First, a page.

(LifeSiteNews) — California has backed down on enforcing a law requiring medical practitioners to participate in physician-assisted suicides against their will and has agreed to pay $300,000 to the Christian medical professionals who took the state to court.
California legalized assisted suicide in 2015 with the End of Life Option Act, under which physicians were able to opt out of participation in, and could not be punished for, “refusing to inform” a patient about his “right” to assisted suicide or for refusing make a referral to a more willing physician.
However, in October 2021, Democrat Gov. Gavin Newsom signed into law SB 380, which states that “participating” in assisted suicide remains “voluntary” but requires refusing physicians to refer patients to someone else and defines “participation” so narrowly as to effectively compel participation in the practice, according to Alliance Defending Freedom (ADF), which filed a lawsuit against the law on behalf of the 16,000-member Christian Medical & Dental Associations (CMDA) and Dr. Leslee Cochrane.
Last September, the U.S. District Court for the Central District of California granted a preliminary injunction against enforcing the law, and on Wednesday, ADF announced that it has reached a settlement in which the state agrees to not enforce “any criminal or civil punishment, including professional discipline or licensing sanction for a California-licensed physician’s refusal or failure to” aid a patient in ending his or her life and to pay CMDA $300,000 for its attorneys’ fees and other expenses.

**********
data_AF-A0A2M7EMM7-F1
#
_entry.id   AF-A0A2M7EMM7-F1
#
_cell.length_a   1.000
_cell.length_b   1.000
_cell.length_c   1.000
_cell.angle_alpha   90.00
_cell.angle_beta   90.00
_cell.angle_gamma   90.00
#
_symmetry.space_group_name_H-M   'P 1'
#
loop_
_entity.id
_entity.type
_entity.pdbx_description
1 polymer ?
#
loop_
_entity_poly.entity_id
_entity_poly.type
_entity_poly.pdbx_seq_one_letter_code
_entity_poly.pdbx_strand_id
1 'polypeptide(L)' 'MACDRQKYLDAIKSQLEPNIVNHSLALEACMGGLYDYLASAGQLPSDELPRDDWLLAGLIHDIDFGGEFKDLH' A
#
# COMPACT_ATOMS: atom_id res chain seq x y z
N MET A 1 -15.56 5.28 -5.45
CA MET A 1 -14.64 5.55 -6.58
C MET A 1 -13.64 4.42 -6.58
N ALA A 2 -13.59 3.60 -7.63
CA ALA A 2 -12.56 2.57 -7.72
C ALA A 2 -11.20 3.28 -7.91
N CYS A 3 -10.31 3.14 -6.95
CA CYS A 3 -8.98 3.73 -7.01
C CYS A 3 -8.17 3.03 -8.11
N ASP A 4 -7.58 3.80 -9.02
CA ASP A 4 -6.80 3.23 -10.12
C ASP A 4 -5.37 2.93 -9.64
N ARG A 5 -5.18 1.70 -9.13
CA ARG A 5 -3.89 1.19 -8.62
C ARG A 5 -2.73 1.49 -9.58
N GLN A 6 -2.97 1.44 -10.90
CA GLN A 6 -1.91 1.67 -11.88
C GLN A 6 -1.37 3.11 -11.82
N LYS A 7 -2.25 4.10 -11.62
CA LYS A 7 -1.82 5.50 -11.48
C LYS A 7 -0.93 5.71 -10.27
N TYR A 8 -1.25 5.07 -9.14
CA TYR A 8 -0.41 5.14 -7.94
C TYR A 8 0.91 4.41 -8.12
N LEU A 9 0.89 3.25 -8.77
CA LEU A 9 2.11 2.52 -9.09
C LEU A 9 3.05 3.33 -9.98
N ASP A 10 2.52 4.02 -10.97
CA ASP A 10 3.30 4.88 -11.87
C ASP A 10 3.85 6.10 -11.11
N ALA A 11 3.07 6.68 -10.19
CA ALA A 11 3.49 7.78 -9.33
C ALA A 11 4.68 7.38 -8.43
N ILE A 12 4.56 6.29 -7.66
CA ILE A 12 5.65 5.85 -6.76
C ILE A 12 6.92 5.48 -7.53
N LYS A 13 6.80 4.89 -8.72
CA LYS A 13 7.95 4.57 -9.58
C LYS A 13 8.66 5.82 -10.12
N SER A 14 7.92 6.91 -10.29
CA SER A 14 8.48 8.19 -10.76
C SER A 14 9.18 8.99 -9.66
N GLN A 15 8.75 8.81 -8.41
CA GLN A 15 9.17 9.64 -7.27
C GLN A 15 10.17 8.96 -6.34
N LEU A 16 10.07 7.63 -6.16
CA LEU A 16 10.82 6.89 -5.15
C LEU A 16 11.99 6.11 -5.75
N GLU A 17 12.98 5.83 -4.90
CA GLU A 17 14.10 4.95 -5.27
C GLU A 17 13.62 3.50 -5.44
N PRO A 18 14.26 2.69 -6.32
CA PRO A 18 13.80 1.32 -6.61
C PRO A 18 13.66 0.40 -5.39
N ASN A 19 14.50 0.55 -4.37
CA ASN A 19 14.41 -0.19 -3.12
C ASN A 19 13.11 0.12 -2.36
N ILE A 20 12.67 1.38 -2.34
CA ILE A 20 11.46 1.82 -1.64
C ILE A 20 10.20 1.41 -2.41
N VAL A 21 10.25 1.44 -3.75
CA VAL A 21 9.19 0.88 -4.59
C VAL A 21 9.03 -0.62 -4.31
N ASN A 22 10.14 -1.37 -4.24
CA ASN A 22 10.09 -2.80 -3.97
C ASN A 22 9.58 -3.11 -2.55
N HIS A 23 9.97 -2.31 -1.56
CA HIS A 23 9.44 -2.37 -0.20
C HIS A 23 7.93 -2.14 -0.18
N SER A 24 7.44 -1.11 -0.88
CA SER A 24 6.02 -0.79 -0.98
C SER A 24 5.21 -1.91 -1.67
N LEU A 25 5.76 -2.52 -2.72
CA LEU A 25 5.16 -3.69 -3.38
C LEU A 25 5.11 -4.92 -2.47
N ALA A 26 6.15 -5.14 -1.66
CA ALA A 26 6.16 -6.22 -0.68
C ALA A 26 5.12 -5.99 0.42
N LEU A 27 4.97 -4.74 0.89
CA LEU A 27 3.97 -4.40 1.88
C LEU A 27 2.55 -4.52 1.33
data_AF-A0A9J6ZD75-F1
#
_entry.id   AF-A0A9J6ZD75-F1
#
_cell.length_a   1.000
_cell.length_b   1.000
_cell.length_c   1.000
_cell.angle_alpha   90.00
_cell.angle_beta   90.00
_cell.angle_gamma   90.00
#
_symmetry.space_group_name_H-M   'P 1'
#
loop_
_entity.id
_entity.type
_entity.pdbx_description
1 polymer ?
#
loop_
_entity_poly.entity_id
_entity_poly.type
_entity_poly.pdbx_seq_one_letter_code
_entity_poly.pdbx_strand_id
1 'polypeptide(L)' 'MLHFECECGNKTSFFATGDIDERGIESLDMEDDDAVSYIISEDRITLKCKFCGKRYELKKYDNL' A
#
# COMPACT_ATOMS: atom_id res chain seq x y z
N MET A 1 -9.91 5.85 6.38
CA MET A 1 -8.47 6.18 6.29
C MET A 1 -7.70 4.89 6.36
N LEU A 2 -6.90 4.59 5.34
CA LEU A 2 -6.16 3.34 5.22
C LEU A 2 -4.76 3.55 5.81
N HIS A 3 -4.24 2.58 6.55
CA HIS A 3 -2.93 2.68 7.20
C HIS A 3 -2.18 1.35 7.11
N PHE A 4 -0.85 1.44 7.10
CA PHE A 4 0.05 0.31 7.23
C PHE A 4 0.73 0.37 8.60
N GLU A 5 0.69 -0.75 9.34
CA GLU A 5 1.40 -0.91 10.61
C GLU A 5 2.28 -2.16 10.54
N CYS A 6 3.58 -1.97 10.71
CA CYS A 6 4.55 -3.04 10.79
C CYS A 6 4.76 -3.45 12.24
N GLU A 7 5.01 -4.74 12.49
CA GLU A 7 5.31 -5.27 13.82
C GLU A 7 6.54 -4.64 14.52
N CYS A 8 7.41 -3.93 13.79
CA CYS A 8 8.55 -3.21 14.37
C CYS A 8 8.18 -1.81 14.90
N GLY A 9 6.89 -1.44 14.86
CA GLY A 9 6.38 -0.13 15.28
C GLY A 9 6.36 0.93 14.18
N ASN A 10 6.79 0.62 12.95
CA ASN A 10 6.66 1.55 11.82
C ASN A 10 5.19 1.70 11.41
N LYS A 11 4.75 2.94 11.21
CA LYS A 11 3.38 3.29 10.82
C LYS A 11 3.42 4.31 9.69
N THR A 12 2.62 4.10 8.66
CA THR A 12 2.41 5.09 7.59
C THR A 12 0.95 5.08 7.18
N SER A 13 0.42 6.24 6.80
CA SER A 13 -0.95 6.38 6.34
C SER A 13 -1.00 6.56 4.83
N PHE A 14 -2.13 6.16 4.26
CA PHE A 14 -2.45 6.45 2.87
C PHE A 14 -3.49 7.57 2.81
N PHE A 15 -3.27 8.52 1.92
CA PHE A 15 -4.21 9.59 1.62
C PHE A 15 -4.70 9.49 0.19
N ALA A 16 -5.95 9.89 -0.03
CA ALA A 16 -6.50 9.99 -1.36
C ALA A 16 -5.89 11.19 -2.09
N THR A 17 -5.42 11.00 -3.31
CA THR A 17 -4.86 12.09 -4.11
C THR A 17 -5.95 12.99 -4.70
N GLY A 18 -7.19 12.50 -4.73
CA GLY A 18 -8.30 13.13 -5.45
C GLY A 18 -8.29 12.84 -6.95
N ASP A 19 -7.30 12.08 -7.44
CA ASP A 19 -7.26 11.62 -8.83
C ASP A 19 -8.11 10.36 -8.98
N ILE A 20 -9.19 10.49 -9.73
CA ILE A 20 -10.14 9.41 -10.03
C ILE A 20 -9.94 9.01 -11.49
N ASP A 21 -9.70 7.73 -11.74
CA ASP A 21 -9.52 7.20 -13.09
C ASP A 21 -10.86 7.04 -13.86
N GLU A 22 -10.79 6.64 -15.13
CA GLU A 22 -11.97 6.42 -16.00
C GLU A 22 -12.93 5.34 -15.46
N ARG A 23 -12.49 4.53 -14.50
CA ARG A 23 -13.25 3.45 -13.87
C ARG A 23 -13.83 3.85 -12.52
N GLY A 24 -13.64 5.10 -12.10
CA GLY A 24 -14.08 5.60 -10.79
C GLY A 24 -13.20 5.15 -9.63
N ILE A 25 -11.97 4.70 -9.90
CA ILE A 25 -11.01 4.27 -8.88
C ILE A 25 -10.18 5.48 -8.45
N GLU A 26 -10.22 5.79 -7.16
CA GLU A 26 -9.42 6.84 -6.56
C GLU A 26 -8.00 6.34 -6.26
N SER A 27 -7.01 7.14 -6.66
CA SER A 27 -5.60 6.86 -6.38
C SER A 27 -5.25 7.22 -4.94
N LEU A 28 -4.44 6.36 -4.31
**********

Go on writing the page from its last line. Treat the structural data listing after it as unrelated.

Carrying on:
“Our clients seek to live out their faith in their medical practice, and that includes valuing every human life entrusted to their care. Participating in physician-assisted suicide very clearly would violate their consciences,” said ADF Senior Counsel Kevin Theriot. “This is a significant victory for religious and conscientious physicians in California. The government can’t force any health care professional to act against his faith or medical ethics.”
While the ruling represents a victory for religious freedom and medical ethics, the ongoing national conflict between the assisted-suicide movement and conscience rights is far from settled.
The Biden administration has proposed rescinding federal regulations that provide conscience protections for professionals who do not want to engage in “abortion, sterilization, and certain other health services,” “assisted suicide, euthanasia, or mercy killing,” and for “managed care organizations with moral or religious objections to counseling or referral for certain services.”
The Suicide Prevention Lifeline in the United States can be reached by dialing 988.